Liberty, Social Equity, Unity
“Every revolution comes with a bag of unfulfilled promises”
In 1952, a group of military officers came to power in Egypt with a coup d’etat. They came with a bouquet of promises: independence from the British empire, modernization of a country worn out by centuries of occupation, social equity and proper distribution of wealth to reduce the gap between the rich and the poor, unity of all factions, minorities and ideologies in one big modern democratic society.
The bright slogans of this coup d’etat / revolution influenced the lay people in numerous states in the Arab world, all occupied by previous colonial powers, stimulating feelings of separatism and independence, exporting revolutionary ideas (and sometimes technical support) to other states in the Middle East, Africa and Latin America.
Slightly over half a century later and despite the sometimes blind faith and total belief of the mass public, all promises remain unfulfilled, people are still trying to get liberated from the total economic dependence on multinational-transcontinental corporations, a gap between the rich and the poor is massive, the national identity is contaminated by neo-pan-Islamism, and many states who got inspired by this revolution and who thrived on the unity promise are threatened by civil war.
One screen 400 X 225 cm.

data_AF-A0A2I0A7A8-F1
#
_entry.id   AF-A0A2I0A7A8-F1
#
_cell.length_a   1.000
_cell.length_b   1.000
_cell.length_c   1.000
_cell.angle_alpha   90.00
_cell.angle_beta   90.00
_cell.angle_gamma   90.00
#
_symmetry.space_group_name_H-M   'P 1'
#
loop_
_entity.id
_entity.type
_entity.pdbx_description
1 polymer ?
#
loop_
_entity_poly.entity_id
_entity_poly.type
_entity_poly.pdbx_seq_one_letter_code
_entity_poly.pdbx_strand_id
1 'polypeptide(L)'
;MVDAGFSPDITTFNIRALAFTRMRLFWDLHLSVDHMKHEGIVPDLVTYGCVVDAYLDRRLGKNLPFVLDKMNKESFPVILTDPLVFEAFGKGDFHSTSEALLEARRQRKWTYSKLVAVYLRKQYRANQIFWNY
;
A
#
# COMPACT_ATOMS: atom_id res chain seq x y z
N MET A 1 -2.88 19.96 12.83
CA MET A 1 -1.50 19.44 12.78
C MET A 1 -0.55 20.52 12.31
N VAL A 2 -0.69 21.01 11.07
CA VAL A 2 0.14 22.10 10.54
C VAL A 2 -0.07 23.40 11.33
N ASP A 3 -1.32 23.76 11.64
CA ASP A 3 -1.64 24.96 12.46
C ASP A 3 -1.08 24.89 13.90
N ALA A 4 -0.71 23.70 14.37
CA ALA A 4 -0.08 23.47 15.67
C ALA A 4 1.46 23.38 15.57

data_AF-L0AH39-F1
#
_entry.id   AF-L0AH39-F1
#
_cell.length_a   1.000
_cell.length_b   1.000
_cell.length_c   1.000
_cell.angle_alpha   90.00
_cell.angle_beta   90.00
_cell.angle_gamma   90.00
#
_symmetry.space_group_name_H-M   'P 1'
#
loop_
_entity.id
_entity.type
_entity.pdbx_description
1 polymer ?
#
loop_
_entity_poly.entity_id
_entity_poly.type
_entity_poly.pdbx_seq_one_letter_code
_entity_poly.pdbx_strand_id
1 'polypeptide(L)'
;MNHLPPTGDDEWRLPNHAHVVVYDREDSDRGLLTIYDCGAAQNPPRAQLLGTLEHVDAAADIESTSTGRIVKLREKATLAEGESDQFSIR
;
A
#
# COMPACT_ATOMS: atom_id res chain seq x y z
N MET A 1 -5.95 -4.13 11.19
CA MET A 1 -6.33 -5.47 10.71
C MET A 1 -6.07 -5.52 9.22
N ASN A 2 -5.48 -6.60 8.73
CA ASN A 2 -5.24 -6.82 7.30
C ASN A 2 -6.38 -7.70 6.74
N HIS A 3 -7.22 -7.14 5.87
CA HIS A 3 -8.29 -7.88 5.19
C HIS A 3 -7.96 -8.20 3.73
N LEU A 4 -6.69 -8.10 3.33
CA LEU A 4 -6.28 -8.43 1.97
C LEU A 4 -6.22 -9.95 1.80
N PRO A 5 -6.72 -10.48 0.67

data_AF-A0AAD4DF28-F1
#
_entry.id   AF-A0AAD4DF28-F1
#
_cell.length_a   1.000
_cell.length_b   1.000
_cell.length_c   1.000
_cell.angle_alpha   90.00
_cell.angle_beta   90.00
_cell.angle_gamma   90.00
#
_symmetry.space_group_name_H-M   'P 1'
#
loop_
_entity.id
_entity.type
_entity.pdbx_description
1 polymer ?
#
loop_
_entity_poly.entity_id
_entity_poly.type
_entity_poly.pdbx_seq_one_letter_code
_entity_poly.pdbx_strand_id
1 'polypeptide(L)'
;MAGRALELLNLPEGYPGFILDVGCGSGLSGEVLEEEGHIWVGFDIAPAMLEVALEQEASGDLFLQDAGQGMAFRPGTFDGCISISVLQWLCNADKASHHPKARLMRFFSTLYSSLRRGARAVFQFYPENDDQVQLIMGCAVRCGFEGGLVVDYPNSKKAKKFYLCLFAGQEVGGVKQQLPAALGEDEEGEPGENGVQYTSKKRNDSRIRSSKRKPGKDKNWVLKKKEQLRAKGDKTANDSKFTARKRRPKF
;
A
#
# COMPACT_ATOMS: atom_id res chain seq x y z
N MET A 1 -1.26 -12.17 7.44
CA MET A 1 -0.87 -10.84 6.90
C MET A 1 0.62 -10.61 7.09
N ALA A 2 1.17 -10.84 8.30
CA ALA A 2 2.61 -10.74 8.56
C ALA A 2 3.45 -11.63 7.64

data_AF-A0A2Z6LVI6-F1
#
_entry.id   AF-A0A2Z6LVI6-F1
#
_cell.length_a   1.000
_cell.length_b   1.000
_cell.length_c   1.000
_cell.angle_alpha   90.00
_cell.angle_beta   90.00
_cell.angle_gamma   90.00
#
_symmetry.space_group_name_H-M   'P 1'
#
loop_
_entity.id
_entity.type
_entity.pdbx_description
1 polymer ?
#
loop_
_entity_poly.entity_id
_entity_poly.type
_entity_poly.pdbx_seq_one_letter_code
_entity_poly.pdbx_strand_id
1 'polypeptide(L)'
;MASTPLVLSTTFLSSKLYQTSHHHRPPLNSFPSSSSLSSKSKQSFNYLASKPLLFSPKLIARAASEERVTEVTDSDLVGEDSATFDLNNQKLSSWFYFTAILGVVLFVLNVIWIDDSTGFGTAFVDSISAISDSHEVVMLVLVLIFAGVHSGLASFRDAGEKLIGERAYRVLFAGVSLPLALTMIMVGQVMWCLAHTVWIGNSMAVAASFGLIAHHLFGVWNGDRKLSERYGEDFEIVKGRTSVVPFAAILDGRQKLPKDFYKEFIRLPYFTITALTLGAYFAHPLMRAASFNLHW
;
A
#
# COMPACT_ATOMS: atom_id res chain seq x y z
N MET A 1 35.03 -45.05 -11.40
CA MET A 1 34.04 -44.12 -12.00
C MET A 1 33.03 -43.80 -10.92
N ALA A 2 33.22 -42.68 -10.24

The screen is divided in three parts; each part shows the protagonist/freedom fighter.
Screen one, Social Equity:
Represents the military belief, with the left wing promises of social equity and secular pride. The gun in the hands of the protagonist and his obsessive action with it declares true intentions of military politics and promises.
Screen two, Liberty:
Represents free market belief, the multinational corporations promises of profit, prosperity and economic freedom. The hammer in the hand of the protagonist and his rhythmic action of hitting nails represents the true nature of the promise: rules of neo-slavery in costumes of middle managers and executive outfits
Screen three, Unity:
Represents rising fundamentalism and global right wing penetration. The Satour (egyptian blade for cutting chunks of raw meet) in the hands of the Islamist, his outfit and his decapitation of the blond dolls represent the clash of civilizations and culture of intolerance. The moves and looks of the protagonist, touching the legs and breasts of the dolls prior to decapitation declare the sexist nature of right wing beliefs.